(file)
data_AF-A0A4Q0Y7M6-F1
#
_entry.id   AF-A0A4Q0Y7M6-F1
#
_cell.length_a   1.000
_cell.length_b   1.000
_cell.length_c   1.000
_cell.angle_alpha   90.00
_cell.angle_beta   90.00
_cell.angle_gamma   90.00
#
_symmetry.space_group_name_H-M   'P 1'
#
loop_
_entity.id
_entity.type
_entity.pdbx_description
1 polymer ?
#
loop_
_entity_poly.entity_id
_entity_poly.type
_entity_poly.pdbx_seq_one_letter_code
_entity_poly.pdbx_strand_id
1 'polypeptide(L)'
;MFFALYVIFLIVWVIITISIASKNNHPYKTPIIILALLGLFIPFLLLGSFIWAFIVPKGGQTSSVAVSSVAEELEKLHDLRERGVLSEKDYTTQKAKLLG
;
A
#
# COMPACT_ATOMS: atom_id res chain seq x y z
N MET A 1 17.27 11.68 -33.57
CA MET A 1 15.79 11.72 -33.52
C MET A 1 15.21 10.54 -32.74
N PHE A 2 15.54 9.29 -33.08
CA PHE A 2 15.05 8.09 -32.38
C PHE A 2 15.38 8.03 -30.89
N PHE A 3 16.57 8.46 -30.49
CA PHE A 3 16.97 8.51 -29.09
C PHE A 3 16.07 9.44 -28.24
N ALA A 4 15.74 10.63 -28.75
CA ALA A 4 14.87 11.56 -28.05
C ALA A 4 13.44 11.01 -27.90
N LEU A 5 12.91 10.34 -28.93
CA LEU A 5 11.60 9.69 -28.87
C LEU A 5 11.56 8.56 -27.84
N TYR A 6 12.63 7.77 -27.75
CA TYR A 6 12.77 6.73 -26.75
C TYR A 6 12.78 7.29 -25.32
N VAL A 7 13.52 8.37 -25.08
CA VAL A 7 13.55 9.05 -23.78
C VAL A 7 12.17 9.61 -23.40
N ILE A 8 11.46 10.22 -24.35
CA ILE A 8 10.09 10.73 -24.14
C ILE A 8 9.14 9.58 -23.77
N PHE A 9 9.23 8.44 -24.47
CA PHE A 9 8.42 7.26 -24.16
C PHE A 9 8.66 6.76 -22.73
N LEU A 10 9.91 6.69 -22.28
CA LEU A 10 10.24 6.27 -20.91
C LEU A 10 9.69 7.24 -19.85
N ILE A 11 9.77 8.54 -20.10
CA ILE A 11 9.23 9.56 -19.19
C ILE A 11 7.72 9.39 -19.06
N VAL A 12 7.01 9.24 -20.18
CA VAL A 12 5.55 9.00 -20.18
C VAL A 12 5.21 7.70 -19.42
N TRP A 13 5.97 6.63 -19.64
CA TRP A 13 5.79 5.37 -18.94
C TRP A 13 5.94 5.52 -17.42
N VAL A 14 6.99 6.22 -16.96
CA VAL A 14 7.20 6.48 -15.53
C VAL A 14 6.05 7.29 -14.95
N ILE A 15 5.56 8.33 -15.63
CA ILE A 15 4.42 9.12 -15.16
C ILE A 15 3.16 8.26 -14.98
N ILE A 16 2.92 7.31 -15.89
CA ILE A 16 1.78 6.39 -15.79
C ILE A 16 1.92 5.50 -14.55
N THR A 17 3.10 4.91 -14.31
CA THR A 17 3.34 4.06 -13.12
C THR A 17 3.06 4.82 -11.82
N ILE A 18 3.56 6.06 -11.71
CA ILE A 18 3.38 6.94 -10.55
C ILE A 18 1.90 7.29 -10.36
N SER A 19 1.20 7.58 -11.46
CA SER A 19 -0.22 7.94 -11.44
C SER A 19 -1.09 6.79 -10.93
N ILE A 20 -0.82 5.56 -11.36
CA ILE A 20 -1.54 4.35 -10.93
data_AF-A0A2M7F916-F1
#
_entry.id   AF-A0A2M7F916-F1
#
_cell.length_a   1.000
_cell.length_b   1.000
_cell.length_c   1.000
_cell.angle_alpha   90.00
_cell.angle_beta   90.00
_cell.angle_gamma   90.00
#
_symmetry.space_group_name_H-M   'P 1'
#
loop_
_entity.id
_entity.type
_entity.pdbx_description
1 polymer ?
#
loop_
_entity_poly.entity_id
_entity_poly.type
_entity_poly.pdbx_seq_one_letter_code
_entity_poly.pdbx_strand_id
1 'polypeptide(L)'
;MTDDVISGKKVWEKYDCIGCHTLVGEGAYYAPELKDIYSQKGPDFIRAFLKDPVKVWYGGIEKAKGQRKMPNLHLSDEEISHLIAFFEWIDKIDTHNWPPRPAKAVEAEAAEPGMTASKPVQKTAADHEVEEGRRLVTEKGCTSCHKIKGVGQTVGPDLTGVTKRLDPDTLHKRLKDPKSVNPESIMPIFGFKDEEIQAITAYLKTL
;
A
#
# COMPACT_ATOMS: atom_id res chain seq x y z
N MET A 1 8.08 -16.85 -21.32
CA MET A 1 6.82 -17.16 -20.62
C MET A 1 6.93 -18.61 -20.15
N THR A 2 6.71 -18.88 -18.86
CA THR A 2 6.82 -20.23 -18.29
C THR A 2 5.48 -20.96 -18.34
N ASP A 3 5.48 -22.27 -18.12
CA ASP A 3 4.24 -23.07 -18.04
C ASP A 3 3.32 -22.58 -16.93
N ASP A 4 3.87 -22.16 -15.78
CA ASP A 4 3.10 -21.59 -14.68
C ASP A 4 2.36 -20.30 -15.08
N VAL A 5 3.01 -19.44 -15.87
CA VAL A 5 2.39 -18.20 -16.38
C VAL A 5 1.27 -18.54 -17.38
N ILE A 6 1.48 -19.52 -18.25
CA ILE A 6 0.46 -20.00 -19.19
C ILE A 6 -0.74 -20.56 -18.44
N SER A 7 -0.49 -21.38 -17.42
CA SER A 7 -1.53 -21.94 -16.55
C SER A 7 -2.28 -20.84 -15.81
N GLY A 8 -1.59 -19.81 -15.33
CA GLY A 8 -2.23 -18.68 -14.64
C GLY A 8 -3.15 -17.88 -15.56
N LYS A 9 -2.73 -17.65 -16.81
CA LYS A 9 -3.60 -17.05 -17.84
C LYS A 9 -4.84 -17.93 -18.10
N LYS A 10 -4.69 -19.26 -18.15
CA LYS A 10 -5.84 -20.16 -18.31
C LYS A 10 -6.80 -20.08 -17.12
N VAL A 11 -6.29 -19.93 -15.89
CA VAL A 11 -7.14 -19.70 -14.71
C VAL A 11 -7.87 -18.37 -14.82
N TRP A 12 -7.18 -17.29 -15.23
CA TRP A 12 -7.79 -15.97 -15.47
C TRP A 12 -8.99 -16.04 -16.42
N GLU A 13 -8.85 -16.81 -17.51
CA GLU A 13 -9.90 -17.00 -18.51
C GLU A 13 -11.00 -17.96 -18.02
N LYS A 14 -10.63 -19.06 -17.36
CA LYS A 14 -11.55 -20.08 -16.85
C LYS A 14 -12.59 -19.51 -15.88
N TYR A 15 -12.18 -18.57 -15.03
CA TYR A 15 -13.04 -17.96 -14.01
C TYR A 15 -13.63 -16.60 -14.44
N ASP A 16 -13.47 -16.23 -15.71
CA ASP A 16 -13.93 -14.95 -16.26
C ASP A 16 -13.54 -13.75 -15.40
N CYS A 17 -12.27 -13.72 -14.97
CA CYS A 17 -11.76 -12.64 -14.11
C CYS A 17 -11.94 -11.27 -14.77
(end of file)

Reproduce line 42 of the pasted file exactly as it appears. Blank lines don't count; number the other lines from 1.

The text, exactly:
C ALA A 4 13.44 11.01 -27.90